German Defense Ministry’s plan to lease Israeli-made armed drones has been halted after an appeal from the US firm General Atomics was made at a state court in Dusseldorf.
On Tuesday, state court stopped the Defense Ministry's plans to lease "Heron TP" Unmanned Aerial Vehicles (UAVs) from Israel Aerospace Industries (IAI), who had won the Bundeswehr's bid along with the European aerospace giant Airbus.
The ministry had hoped to get the deal done before parliament goes into recess in July, but US drone-maker General Atomics sued on the grounds that it had not been fairly handled by the government, and that the "Predator" drones the US uses are cheaper and better, Deutsche Welle German Radio reported Wednesday.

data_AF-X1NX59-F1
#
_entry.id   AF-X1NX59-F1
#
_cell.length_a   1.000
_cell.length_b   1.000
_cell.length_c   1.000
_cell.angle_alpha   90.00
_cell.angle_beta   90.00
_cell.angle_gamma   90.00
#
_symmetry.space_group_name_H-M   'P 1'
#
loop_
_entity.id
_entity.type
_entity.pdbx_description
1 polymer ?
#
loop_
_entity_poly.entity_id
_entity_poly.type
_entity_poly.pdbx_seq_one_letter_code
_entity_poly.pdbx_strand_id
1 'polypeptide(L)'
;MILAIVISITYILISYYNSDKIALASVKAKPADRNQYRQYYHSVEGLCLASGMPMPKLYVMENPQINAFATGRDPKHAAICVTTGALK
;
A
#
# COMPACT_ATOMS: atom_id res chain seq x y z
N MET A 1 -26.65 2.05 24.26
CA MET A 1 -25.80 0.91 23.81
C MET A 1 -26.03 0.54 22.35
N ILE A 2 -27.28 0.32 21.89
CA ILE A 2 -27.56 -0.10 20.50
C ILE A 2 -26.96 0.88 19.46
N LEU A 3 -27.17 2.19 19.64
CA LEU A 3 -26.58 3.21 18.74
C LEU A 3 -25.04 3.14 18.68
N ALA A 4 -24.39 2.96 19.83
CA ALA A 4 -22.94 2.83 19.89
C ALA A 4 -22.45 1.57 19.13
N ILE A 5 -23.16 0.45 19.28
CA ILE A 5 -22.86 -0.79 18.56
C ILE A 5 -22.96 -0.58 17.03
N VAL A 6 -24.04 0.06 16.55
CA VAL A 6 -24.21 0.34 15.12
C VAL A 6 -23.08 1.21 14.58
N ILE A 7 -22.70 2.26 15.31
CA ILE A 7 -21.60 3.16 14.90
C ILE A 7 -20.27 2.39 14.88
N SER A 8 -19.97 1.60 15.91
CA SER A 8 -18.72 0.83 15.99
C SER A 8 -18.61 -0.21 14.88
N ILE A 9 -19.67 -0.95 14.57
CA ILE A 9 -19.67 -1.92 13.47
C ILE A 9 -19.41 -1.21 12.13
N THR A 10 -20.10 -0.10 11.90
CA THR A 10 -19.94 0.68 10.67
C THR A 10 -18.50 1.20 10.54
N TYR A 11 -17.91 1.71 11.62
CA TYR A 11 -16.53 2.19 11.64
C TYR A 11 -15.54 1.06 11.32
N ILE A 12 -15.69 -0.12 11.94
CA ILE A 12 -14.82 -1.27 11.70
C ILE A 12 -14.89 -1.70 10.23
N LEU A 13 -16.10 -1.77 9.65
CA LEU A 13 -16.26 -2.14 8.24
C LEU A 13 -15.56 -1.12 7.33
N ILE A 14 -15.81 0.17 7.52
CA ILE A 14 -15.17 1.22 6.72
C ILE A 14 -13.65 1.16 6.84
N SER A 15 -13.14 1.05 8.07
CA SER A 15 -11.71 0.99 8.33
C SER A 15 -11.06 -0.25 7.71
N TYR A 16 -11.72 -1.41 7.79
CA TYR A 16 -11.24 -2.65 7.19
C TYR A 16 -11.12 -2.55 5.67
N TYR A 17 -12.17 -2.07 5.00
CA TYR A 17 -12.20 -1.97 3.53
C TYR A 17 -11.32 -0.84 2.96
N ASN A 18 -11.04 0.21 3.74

The drones purchase is part of a 1-billion-euro ($1.11 billion) funding package for the military which was postponed by the German parliament's budget committee on Wednesday.
The Defence Ministry had warned against delays, saying the acquisition requests were urgently needed to modernize an army weakened by years of spending cuts.
The public’s negative opinion on armed drones has also further delayed the process.
The Bundeswehr uses five different types of UAVs - the LUNA, the KZO, the ALADIN, the MIKADO (all German-made), and the Israeli-built Heron 1 - all of which can only be used for reconnaissance, target location, or area imaging. They have been introduced into combat areas since the beginning of the century - supporting US air strikes in Afghanistan and elsewhere - with the last of them, the Heron 1, first flown in 2010.